Quantum Dynamics of Attractive and Repulsive Polarons in a Doped MoSe2 Monolayer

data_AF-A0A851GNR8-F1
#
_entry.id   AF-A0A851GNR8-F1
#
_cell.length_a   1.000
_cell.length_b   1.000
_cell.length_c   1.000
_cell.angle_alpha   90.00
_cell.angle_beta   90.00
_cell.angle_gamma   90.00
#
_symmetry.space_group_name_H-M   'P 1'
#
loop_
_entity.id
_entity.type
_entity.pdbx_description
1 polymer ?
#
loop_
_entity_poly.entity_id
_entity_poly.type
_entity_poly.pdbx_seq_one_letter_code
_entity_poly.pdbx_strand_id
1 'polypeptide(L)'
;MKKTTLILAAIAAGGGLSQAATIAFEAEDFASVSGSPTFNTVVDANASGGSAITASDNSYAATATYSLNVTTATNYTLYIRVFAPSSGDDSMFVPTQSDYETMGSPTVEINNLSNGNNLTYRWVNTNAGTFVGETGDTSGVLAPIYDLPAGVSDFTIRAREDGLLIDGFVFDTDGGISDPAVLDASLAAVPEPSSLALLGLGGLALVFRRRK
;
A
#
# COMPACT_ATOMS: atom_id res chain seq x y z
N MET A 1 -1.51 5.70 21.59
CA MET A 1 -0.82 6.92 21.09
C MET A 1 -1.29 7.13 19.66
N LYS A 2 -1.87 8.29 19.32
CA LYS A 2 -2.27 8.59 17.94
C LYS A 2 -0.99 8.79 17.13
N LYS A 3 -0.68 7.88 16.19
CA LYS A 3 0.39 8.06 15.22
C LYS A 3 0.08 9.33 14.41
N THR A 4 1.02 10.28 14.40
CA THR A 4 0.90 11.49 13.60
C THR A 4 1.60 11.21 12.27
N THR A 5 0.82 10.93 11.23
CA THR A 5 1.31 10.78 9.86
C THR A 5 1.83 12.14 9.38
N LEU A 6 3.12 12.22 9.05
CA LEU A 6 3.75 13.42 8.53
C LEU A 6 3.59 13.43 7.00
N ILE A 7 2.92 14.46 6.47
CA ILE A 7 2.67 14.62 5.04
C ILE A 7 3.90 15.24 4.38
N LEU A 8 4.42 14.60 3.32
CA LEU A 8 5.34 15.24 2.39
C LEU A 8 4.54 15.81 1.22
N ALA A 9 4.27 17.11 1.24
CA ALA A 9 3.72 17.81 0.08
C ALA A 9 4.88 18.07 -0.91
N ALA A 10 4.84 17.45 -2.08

When mobile impurities are introduced and coupled to a Fermi sea, new quasiparticles known as Fermi polarons are formed. There are two interesting, yet drastically different regimes of the Fermi polaron problem: (i) the attractive polaron (AP) branch connected to pairing phenomena spanning the crossover from BCS superfluidity to the Bose-Einstein condensation of molecules and (ii) the repulsive branch (RP), which underlies the physics responsible for Stoner’s itinerant ferromagnetism. Here, we study Fermi polarons in two-dimensional systems, where many questions and debates regarding their nature persist. The model system we investigate is a doped MoSe2 monolayer. We find the observed AP-RP energy splitting and the quantum dynamics of attractive polarons agree with the predictions of polaron theory. As the doping density increases, the quantum dephasing of the attractive polarons remains constant, indicative of stable quasiparticles, while the repulsive polaron dephasing rate increases nearly quadratically. The dynamics of Fermi polarons are of critical importance for understanding the pairing and magnetic instabilities that lead to the formation of rich quantum phases found in a wide range of physical systems including nuclei, cold atomic gases, and solids.